President Trump announced in August he had launched a new effort to win the war, including the dispatch of more U.S. troops.

"We've made a huge investment in Afghanistan, just the lives and national treasure here," Votel said. "And we've taken away the ability of Afghanistan to be used as a platform for our country to be attacked. That's important. That means something. And I think we do have to see this through."

The latest fighting season, a period when conditions for both Afghan government and Taliban military operations are conducive, is coming to end Votel said.

"I think we're still very keen to break the stalemate and that's what this effort is about right here," Votel said. "So I'm not declaring victory with this, but I think some of the steps we're taking to move forward are positive steps that are moving us in the direction of breaking that stalemate."

Marine Corps Gen. Joseph Dunford, chairman of the Joint Chiefs of Staff, told Congress earlier this month that President Barack Obama's decision to pull out U.S. troops too soon from Afghanistan undermined the American war effort.

Dunford said his military assessment is that "we drew down our advisory effort and combat support for the Afghan forces too far and too fast."

"As a result, the Taliban expanded territorial and population control and inflicted significant casualties on the Afghan army and police, while we lost campaign momentum," he said.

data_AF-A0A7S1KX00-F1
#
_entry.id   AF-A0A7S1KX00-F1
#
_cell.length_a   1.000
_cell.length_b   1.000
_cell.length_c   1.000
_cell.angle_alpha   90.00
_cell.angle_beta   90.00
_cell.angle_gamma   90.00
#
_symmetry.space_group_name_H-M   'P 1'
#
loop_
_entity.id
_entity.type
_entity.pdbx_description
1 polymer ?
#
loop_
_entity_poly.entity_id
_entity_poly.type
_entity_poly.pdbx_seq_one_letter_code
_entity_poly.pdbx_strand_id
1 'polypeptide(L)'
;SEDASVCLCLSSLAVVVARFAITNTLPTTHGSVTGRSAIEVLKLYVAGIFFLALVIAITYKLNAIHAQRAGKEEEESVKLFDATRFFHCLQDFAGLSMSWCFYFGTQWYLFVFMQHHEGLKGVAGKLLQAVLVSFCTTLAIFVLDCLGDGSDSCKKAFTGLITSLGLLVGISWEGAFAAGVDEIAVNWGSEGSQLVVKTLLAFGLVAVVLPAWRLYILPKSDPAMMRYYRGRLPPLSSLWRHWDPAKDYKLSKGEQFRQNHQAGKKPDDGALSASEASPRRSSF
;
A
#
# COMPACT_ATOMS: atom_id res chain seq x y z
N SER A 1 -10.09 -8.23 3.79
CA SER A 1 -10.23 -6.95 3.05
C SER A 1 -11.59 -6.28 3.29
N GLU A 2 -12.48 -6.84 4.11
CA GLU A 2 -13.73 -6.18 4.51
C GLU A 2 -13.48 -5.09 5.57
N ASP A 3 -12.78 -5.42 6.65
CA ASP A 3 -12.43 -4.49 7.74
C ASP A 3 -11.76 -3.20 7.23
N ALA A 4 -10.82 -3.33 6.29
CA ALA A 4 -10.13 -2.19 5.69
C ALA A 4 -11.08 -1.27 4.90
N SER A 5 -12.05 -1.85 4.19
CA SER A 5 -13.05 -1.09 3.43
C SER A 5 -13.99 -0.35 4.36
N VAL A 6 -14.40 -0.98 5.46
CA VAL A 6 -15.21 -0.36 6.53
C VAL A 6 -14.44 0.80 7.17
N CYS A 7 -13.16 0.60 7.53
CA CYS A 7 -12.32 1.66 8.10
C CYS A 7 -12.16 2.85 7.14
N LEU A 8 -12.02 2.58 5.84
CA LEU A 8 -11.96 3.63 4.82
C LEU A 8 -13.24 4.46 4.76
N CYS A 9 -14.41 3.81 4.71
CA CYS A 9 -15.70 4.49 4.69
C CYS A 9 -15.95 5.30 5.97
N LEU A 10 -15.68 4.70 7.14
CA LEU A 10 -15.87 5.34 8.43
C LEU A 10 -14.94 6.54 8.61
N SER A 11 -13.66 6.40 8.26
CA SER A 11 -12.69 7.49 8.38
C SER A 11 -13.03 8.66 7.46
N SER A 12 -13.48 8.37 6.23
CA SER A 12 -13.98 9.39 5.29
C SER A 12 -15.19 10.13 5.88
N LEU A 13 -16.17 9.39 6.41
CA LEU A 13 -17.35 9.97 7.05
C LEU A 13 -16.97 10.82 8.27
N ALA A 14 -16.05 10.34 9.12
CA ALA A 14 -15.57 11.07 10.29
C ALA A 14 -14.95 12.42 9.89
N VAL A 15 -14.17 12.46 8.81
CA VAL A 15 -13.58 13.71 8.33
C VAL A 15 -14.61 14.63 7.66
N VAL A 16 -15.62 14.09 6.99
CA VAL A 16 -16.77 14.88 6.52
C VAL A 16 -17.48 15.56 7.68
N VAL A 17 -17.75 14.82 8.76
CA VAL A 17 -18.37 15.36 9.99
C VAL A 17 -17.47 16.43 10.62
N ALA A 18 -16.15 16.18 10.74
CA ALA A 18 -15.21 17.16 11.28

The new U.S. strategy is aimed at getting Afghanistan's U.S.-trained forces, now numbering up to 300,000, to go more on the offensive against the Taliban.

Dunford revealed in House Armed Services Committee testimony that the long-range objective is to produce an Afghan-led peace processing to end the conflict.

Critics say the new Pentagon strategy fails to account for the ideological nature of the Taliban threat.

Sebastian Gorka, until recently a senior White House counterterrorism advisor, said the Taliban, which means "students," refers to many fundamentalist Islam groups in Afghanistan.

"Some tribal or militia leaders may be willing to negotiate," Gorka said. "Others in the Taliban had actually sworn bayat loyalty oaths to the Islamic State and they will never compromise with the 'infidel,' whoever our president may be."

Gorka says he hopes the United States is not making the same mistakes in Afghanistan made by prior administrations by imposing wishful thinking onto a contrary reality.